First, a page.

How Many Verizon Employees Does it Take to Connect
I finally made it into the millennium and got a smartphone, which is infinitely smarter than your customer service people seem to be. I cancelled my landline service, with corresponding re-routing of the internet service on my laptop to “dry loop” (does that mean the wires on a phone connected to the internet are “wet loop?” Sounds kinda risky to me). This re-routing process, as the customer service rep who took the information (and at least five subsequent tech support reps) informed me, is supposed to happen automatically with no interruption in internet service. Which it did, if “no interruption” can be defined as “bit the dust for eight days with thirteen (literally; I counted) hour-long phone calls to Verizon in vain attempts to fix the problem, with the complete impossibility of speaking with the same person twice.”
Every day on the phone (often after more than twenty minutes to even find my account in the system), it was like the calls before never happened, and I had to start from scratch every time, like in “Groundhog Day.” “Put on your booties, ‘cuz it’s cold outside – it’s Verizon Clusterf*ck Day!”
The highlight was the day when, after ten calls and twenty minutes of waiting for the twit on the other end of the phone to find me in the system, he finally came back on the line and said, “So what’s the problem again?”
“Okay,” I said. “I think I need to hang up now, because I’m going to lose it.” I put the phone down and hollered into the sink.
When I finally spoke with a supervisor who seemed at last to figure out what the problem was (my internet service was apparently still connected with the landline phone number that no longer existed, and a missing wire also seemed to be involved), he promised that my service would be back up the next day. It wasn’t. Since he actually told me his last name and location, I tried to contact him to see what happened, figuring I might have better luck with someone who at least seemed to have decent critical thinking skills and already knew my situation.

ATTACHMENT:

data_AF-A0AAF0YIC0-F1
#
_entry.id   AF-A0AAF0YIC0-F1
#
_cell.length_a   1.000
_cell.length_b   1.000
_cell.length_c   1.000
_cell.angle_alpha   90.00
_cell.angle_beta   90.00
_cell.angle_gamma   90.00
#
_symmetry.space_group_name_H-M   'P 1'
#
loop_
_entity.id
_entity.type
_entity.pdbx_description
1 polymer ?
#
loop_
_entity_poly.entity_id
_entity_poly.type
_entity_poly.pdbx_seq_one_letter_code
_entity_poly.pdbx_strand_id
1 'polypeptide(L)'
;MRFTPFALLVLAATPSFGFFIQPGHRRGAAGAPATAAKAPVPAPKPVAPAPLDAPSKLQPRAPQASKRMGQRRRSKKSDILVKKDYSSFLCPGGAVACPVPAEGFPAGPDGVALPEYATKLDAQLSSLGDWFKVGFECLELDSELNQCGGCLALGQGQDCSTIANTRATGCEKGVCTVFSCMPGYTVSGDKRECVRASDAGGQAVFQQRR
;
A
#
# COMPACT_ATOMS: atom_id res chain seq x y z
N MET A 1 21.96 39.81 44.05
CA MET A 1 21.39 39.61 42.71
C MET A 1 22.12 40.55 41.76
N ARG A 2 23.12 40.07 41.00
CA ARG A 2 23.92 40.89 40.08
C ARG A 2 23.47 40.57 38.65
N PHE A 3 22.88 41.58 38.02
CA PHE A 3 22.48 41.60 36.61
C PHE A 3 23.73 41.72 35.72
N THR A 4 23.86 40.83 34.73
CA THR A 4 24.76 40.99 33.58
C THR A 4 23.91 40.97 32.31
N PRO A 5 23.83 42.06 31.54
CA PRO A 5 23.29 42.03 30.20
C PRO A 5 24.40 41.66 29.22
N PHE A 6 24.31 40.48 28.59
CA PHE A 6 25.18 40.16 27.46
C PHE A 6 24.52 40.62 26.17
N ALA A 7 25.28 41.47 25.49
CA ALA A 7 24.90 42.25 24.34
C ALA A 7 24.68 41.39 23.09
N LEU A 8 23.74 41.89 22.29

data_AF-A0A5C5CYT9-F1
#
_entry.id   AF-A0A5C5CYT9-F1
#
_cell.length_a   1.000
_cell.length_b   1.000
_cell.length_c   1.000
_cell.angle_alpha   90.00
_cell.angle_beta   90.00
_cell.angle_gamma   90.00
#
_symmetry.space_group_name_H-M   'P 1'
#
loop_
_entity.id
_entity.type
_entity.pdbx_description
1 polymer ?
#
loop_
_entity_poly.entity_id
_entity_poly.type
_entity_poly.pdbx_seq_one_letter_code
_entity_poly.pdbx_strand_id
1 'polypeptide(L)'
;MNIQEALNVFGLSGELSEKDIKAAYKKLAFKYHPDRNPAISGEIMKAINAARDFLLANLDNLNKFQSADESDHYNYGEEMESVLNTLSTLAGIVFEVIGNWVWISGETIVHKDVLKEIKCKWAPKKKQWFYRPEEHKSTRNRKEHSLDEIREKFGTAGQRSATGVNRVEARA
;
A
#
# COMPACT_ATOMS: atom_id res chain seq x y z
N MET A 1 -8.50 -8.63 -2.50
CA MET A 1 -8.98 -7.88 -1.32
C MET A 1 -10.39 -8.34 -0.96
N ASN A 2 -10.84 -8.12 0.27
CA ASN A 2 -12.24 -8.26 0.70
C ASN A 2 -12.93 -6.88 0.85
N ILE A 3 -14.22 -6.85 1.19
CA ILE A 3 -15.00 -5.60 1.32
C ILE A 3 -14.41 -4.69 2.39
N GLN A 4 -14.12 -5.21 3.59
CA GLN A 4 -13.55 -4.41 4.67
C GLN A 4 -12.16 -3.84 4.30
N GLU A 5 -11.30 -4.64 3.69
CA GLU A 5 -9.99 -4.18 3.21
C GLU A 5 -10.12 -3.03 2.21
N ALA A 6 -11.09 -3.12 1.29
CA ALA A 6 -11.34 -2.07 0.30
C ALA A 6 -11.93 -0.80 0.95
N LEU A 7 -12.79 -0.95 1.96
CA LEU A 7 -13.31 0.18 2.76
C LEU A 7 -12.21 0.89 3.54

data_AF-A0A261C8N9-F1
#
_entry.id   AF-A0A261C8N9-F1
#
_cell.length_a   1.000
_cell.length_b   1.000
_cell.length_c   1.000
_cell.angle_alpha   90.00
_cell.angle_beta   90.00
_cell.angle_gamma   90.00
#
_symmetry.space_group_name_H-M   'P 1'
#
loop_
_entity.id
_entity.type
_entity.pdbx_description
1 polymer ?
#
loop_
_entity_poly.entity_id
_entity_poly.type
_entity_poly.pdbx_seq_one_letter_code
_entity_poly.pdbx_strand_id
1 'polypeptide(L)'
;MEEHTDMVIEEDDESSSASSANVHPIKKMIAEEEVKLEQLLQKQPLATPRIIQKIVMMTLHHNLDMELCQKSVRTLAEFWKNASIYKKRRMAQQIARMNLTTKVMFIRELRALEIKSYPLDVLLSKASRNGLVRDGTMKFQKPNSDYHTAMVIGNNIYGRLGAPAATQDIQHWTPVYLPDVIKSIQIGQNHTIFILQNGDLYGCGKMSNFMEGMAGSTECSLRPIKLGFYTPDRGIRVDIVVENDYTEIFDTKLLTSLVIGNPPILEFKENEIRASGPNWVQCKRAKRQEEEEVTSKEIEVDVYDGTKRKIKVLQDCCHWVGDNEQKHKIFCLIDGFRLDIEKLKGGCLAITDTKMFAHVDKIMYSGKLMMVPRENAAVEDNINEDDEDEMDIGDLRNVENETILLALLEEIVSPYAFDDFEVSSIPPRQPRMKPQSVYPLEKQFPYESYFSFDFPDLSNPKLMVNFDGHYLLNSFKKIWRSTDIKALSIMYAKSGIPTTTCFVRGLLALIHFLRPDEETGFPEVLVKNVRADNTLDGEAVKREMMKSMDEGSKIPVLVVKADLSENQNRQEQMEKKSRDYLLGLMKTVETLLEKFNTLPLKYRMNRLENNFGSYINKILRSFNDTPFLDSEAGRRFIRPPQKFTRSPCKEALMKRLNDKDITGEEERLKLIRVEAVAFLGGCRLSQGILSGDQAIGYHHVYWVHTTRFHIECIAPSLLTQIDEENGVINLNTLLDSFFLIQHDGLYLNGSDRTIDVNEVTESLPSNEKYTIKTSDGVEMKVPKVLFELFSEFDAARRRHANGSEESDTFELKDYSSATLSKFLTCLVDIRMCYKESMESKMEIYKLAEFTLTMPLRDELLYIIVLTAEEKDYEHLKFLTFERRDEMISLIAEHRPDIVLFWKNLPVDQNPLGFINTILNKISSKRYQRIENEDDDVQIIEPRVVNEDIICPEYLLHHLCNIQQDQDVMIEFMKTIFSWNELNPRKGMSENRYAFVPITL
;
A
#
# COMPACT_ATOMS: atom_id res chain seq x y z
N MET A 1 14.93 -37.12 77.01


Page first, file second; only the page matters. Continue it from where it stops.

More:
Alas, my efforts to locate this person were in vain. The office he was in, in Andover, Massachusetts, I naively thought would be easy enough to find via Google or Smartpages. But as I soon discovered, Verizon, any actual offices of yours seem to be in an alternate dimension on the time-space continuum, like the island on “Lost.” I know it must be there, but I can’t ever get to it. Perhaps it’s stuck in 1974, before the internet existed.
The 12th call finally yielded an allegedly scheduled visit from tech support the next day, in one of those 4-hour blocks (this is done so that the tech people can catch up on daytime TV in between appointments, without having to stick to an actual schedule). Yes, I said “allegedly scheduled visit.” This is because they didn’t show up. And when I called around 11:15 (call number 13), I found out that, after the 45-minute call the night before, the person I talked to figured out that something needed to be connected in the office (a few brain circuits, perhaps?), so they didn’t need to come out. Of course, no one called to tell me that.
Finally, the supervisor I talked with checked into the Grand Clusterf*ck and, miracle of miracles, got my service back on (thank you, Karen – you were a beacon of light in the depths of the abyss).
Thank you, Verizon, for giving me a few more gray hairs in my eyebrows to pluck. Keep up the good work – if you play your cards right, you’ll torture enough customers to put the company out of business. One can only hope….